New Homes and the Effects of Clay on Your Soil

Picture this: renovations on your brand new home have been completed! Sounds great, right? Well, your soil may not agree. After construction, your soil may need some reevaluation. Start with a soil test! Sites of construction damage often have deficiencies in organic matter content, aeration, fertility, and drainage. A soil test can help determine your next step in fixing these deficiencies. Often, what causes the majority of the problem is clay on your growing site, and secondly, any wear and tear done by the equipment. According to Mr. Chad S. Blake, operations manager at Ponder landscaping, the major problem with your soil after construction impact is compaction. The weakened soil will not withstand wear and tear as efficiently as a healthy soil would.

Clay at New Homes
How to Fix

A universal solution is adding high-quality compost. Neutral, high-organic matter compost will solve a variety of problems including poor infiltration, water holding capacity, and nutrient deficiency. Avoid merely placing the compost; Instead, try mixing it with the soil that is already present. Simply placing the new soil will make layers of soil with different characteristics, rather than being uniform throughout. Mr. Blake offers some alternative solutions: “You can fix your soil by aerating, tilling, and cultivating it. You can also add Jepsen, a natural way to aerate compacted soils.” It is certainly possible to reverse any damage.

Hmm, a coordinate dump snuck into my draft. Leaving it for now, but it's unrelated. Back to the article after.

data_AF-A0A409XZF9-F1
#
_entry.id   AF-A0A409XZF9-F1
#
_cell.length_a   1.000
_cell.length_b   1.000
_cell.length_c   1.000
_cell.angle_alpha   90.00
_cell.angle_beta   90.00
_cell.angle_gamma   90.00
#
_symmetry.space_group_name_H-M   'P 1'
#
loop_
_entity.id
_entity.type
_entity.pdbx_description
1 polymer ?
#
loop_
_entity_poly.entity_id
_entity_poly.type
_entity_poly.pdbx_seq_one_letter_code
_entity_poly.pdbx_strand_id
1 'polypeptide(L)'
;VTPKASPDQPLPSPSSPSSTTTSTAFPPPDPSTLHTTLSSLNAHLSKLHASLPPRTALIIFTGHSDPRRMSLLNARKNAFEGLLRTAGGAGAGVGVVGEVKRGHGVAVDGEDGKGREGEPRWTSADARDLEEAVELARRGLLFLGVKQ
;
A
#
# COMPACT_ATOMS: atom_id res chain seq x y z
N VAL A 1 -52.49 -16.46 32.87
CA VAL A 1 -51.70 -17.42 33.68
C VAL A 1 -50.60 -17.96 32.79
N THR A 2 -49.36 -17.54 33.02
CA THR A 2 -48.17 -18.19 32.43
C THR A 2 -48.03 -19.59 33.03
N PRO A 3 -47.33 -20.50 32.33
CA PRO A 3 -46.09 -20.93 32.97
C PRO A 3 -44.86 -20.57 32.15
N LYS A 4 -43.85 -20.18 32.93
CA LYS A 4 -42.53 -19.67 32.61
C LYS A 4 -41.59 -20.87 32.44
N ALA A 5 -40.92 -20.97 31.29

As explained by Mr. Blake, trace amounts of clay in your soil is actually good for your lawn; It’s when it gets to be heaps of clay that it becomes a problem. “If it’s in the right amount, [clay] helps provide good water retention so water doesn’t go straight through [the soil]. Clay helps soil retain the moisture. However, it can have the reverse effect. If there is too much clay, water doesn’t flow through it.” All soil has clay in it, it’s the amount of clay that matters.

Waiting to lay down sod

Mr. Blake gave a walk through in the process of installing a new lawn following construction damage. “We start by taking a soil sample, which will tell us any deficiencies. Next, we apply the necessary organic fertilizer and use a product, like limestone, to get the pH right if it wasn’t right. We always cultivate it and bring in a certain amount of topsoil. We also install any drainage necessary.”

Don’t be alarmed by a clay ridden lawn following property renovations. Maintain your excitement for a new property and relax, because clay damage is reversible!